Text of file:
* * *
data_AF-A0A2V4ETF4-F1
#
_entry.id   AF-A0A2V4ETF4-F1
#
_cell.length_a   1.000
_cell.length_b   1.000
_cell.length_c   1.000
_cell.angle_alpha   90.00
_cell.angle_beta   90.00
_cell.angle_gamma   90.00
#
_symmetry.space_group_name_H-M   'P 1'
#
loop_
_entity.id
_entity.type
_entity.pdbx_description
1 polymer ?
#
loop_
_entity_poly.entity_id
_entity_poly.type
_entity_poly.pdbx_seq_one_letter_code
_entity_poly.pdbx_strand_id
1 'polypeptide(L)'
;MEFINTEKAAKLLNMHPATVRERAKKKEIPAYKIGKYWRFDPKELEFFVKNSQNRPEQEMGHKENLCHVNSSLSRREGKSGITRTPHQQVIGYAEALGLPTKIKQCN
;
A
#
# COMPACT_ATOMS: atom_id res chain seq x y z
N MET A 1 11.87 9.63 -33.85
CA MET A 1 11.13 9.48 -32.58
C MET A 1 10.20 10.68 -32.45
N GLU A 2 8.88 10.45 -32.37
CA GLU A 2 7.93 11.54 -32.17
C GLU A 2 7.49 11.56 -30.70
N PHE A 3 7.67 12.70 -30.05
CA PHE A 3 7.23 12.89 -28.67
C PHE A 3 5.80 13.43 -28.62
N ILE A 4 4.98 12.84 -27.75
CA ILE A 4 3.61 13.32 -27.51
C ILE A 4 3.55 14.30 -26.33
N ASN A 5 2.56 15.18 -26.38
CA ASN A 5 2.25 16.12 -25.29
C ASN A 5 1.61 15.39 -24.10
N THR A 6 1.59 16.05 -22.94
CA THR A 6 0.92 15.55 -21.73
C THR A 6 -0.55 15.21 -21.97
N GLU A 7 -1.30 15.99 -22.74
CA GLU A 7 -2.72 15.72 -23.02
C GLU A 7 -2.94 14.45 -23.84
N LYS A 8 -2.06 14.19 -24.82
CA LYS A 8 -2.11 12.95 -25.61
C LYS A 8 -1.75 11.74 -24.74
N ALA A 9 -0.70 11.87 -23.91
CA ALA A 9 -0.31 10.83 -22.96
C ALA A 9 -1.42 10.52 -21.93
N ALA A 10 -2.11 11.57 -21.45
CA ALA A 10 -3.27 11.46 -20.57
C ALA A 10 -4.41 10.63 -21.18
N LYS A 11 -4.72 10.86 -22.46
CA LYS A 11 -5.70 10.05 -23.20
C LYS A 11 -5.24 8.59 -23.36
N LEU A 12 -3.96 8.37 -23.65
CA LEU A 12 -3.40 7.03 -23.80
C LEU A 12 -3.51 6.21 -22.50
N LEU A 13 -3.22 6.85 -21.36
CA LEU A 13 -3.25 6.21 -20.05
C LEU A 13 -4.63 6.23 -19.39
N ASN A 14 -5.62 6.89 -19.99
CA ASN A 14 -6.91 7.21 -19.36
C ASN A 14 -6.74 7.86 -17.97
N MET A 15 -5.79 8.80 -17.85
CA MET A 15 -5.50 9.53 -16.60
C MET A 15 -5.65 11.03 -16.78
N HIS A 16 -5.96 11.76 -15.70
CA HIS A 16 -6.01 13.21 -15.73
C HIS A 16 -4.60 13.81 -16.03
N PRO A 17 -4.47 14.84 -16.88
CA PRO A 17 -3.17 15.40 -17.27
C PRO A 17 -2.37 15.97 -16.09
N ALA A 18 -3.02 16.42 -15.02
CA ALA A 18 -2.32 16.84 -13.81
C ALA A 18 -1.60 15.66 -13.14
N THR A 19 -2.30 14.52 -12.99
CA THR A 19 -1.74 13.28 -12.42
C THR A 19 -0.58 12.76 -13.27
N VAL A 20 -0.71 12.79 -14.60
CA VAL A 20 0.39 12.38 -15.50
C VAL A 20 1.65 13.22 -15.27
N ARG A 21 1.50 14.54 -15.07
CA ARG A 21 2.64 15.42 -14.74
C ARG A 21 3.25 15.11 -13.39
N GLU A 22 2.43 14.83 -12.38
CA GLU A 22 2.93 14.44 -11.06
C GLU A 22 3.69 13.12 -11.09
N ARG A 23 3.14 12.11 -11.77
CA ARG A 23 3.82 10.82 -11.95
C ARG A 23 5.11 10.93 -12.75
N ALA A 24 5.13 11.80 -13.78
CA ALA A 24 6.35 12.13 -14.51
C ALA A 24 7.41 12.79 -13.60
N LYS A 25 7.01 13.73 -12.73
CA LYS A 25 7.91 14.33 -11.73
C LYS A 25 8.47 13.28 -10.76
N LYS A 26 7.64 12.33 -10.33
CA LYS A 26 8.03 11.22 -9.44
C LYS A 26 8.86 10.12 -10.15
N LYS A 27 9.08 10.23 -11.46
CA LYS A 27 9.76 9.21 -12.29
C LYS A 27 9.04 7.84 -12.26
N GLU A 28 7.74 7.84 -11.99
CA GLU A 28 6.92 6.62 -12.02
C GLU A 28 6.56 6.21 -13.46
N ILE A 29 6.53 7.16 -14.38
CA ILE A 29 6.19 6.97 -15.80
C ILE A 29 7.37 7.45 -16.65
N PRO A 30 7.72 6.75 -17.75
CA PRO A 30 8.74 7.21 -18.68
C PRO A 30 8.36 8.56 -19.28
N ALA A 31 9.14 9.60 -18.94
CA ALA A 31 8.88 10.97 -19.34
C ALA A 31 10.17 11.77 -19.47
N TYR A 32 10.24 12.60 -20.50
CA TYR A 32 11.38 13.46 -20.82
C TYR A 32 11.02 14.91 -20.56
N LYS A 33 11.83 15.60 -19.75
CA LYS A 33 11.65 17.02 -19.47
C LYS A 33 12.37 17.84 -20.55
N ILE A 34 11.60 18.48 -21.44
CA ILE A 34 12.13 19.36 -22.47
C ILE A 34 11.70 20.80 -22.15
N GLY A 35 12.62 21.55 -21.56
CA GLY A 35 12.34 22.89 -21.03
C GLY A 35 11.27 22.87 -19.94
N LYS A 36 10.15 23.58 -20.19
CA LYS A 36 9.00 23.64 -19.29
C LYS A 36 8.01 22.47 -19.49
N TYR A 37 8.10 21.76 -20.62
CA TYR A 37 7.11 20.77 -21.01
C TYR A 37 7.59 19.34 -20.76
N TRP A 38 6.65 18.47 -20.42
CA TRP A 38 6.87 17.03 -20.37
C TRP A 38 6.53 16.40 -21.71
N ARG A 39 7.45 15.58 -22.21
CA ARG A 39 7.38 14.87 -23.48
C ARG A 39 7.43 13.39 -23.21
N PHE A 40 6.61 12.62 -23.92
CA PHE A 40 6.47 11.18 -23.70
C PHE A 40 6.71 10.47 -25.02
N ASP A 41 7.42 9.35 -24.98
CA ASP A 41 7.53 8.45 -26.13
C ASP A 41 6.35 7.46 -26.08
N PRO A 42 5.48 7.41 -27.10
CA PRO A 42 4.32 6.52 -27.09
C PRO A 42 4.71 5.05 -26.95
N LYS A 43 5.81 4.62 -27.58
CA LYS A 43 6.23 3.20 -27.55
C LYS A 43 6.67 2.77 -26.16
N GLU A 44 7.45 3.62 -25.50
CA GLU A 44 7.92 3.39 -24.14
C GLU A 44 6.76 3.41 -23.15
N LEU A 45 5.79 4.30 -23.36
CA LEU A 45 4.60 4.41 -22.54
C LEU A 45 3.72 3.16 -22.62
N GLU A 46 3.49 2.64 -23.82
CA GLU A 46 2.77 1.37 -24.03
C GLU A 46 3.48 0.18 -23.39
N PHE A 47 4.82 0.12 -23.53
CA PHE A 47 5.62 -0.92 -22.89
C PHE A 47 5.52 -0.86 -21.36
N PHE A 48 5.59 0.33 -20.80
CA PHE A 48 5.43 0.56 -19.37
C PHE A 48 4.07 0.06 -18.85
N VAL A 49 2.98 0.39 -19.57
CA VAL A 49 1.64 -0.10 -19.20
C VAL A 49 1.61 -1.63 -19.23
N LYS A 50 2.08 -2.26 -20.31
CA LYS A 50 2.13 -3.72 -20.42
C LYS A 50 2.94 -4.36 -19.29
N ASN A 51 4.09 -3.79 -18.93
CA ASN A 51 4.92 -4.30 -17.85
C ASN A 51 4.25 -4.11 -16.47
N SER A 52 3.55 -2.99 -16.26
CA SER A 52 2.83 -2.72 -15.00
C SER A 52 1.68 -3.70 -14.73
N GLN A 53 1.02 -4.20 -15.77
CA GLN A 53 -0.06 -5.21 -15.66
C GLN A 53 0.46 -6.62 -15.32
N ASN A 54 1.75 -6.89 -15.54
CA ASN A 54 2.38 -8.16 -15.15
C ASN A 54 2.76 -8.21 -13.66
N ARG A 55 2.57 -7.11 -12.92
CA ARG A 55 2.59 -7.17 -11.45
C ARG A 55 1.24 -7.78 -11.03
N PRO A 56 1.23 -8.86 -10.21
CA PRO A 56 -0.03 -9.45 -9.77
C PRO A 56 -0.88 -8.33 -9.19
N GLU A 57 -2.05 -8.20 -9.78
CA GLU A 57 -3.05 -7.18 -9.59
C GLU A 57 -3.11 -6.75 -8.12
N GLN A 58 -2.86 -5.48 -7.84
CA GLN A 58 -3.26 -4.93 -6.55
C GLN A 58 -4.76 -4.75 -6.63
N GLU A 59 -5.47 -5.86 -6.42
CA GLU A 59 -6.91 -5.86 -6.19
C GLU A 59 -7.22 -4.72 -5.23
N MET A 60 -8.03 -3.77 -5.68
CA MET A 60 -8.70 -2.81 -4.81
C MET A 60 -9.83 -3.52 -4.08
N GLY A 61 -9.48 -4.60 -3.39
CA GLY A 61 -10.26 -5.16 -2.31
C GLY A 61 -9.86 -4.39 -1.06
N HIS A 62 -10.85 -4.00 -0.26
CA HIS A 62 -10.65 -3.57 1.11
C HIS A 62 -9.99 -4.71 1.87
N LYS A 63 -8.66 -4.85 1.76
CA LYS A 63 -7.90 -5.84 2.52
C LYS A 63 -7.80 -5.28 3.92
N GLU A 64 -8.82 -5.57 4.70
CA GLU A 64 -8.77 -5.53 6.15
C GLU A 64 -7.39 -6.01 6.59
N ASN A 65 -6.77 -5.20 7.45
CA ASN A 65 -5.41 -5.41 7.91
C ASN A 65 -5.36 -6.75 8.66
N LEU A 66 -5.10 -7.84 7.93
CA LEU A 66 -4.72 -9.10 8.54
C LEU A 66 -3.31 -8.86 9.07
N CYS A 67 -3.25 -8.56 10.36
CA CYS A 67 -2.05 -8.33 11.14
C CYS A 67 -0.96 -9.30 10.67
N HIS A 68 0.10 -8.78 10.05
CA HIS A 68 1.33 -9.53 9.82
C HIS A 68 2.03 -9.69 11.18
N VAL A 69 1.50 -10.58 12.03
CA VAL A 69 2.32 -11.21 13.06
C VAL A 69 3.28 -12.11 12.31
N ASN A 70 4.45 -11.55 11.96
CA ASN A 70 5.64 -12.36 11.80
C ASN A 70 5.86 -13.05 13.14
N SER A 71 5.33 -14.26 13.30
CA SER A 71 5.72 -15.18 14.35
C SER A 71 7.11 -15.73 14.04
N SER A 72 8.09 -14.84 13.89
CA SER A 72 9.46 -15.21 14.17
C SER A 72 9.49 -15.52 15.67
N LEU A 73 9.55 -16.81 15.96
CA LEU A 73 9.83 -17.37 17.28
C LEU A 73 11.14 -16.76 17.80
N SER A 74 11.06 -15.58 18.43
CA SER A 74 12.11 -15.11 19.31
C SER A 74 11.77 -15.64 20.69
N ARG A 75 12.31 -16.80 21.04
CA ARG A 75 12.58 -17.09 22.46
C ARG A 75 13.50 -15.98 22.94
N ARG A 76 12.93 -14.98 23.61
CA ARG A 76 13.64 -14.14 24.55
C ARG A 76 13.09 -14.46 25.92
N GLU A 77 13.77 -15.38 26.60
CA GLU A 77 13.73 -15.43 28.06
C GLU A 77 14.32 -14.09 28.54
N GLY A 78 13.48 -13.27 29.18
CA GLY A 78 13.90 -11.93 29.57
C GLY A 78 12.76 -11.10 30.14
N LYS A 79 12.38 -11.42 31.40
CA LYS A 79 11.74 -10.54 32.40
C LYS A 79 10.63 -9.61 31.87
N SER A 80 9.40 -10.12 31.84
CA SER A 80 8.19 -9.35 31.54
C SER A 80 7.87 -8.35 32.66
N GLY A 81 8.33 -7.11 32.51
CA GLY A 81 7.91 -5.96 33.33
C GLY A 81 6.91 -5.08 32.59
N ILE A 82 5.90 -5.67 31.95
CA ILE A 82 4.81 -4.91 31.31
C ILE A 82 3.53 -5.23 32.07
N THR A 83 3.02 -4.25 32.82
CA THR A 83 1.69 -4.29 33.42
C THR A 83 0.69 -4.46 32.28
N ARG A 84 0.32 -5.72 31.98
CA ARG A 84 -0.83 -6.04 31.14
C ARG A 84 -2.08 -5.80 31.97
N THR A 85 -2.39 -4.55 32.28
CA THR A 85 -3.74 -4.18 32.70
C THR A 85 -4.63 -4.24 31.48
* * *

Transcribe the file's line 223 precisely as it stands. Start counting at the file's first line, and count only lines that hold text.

N ASN A 65 -6.77 -5.20 7.45